R. STRAUSS: Symphonia Domestica; Die Tageszeiten — Rundfunk Sinfonieorchester Berlin/Rundfunkchor Berlin/ Marek Janowski – Pentatone

RICHARD STRAUSS: Symphonia Domestica; Die Tageszeiten – Rundfunk Sinfonieorchester Berlin/Rundfunkchor Berlin/ Marek Janowski– Pentatone multichannel (4.0 RQR Series) SACD PTC 5186 507, 67:50 [Distr. by Naxos] (6/09/15) ***1/2:

Truth be told, I like nearly most but not all music by Richard Strauss and his Symphonia Domestica is not my favorite of his output. This work has long been considered a bit controversial among players, as well as listeners. This is due to the long held belief among some that Strauss had perhaps one chief flaw: that he was given to excesses and that his music was frequently too egocentric or self-grandizing.

Take the composer’s original idea for the work’s title and theme; My home: A symphonic portrait of myself and my family. If we add to the implications of that title his inclusion of more than forty individual themes or motifs that pervade the score in semi-autobiographical fashion (and his penchant for quoting other music of his own) it is easy to see why some would think this to be capricious (large; but capricious) It is also ‘noteworthy’ that there is one entire section intended to depict the passions of sexual intercourse between Herr and Frau Strauss, which quite shocked the original hearing audience – much to the delight of the composer.

There is no denying, though, that this ‘symphony’ or ‘tone poem’ or whatever the “experts” may consider it still contains some really fine music and some of Strauss’s characteristically masterful orchestration. The ‘Domestica’ still feels a bit pedestrian to me, especially against something like the similarly-intentioned Ein Heldenleben. However, it is a big, bold and often captivating work.

The inclusion of his The Times of Day for male chorus and orchestra here is actually quite a treat. This is a four-movement work which depicts the emotional sense of the morning, midday, afternoon and evening in texts by von Eichendorff that are, really, symbolic to the stages of life. In this sense, as well as musically, these hold much in common with Mahler’s Ruckert Lieder and are a fine listening experience with poignant melodies, characteristically dense Straussian harmonies and, ultimately, a tone of contentment tinged with resignation. These works do not get programmed very often at all so I was glad to get reacquainted after hearing a rare live performance many years ago.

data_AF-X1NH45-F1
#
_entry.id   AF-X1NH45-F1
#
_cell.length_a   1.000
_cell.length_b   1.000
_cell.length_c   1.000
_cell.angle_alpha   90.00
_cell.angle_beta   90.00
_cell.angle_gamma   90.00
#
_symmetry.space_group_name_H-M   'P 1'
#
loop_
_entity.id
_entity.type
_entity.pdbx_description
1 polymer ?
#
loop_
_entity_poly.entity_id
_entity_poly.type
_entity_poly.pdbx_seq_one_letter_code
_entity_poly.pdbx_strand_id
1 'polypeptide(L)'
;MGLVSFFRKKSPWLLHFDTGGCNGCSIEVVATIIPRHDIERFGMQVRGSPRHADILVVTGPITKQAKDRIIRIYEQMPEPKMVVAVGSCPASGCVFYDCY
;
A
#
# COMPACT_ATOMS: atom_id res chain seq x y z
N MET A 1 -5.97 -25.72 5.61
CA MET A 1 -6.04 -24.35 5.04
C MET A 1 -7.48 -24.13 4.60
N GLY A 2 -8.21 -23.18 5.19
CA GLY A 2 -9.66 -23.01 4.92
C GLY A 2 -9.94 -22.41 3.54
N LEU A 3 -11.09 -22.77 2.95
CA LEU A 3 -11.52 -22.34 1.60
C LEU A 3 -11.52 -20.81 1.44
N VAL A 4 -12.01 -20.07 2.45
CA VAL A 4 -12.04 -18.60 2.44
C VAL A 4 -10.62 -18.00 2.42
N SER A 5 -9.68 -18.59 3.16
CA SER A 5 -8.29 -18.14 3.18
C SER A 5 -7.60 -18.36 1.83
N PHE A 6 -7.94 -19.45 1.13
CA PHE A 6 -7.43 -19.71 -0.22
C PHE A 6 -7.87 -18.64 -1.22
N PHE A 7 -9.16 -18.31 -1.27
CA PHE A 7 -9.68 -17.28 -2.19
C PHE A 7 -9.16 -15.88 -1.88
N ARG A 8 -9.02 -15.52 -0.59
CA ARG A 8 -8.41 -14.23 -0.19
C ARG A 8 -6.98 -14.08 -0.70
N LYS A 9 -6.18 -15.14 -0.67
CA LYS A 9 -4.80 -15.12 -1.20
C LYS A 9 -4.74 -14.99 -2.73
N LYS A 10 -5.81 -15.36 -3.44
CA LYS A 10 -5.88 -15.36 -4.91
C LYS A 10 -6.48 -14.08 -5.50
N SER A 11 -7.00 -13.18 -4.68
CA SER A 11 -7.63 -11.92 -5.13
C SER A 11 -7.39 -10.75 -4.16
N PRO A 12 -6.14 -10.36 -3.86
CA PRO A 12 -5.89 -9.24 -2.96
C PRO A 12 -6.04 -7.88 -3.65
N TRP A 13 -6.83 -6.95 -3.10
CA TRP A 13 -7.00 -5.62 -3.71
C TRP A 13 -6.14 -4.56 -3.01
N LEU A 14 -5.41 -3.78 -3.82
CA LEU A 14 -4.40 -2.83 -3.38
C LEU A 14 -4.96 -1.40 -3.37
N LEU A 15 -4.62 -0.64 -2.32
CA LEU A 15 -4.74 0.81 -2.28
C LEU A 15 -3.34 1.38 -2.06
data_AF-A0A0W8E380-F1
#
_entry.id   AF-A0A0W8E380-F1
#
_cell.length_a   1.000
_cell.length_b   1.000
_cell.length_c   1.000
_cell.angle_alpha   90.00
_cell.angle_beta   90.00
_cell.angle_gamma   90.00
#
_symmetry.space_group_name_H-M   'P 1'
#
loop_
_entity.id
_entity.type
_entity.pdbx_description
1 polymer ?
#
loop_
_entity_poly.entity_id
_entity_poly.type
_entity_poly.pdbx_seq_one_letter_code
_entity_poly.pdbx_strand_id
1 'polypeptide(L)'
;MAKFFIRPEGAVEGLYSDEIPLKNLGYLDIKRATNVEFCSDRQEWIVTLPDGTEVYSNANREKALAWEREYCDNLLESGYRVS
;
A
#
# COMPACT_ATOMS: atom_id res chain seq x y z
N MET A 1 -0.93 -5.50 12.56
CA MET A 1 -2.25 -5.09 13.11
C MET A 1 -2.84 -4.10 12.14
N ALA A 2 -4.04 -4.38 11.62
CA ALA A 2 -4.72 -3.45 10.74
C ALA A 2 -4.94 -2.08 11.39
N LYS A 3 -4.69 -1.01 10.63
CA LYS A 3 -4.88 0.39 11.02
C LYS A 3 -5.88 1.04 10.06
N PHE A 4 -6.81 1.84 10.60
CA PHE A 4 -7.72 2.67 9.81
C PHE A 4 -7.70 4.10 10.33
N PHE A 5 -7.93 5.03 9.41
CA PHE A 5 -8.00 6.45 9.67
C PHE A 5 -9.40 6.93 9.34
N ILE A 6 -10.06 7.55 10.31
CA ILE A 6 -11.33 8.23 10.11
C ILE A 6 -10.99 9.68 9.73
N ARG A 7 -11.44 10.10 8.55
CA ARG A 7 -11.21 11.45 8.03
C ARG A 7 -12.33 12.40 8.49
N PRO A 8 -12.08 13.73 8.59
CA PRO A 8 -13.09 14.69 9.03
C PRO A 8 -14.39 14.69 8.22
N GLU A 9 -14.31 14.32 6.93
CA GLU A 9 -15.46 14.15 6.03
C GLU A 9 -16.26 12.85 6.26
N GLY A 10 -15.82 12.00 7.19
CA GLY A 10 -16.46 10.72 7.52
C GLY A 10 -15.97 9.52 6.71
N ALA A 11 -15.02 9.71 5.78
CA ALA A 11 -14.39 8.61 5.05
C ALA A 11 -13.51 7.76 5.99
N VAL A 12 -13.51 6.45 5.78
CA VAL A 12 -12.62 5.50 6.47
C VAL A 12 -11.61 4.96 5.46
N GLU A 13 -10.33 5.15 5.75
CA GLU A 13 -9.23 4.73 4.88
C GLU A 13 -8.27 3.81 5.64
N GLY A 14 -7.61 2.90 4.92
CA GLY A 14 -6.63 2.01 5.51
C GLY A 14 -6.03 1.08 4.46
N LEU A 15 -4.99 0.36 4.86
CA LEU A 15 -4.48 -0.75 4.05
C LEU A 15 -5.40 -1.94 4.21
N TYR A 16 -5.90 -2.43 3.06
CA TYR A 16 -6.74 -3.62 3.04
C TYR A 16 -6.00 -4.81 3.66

Lastly, I have been consistently impressed with the audio quality produced by Pentatone and applaud their commitment to bringing out some recordings that have not been remastered in a while and giving them a new feel and lush hi-res sound. I also do not consider myself an expert on the work of Marek Janowski but what little I have heard I like. I have read reviews in which the Polish born maestro is accused of holding back a bit or not truly “feeling” some of the scores he conducts. I do not find this to be true. While my own standard for recordings of the Symphonia Domestica remains the old Reiner Chicago Symphony gem, I find nothing to begrudge Janowski or his Rundfunkorchester – which, under his regime as principal conductor, has rarely sounded better. [And one would never notice the lack of a center channel…Ed.]

—Daniel Coombs

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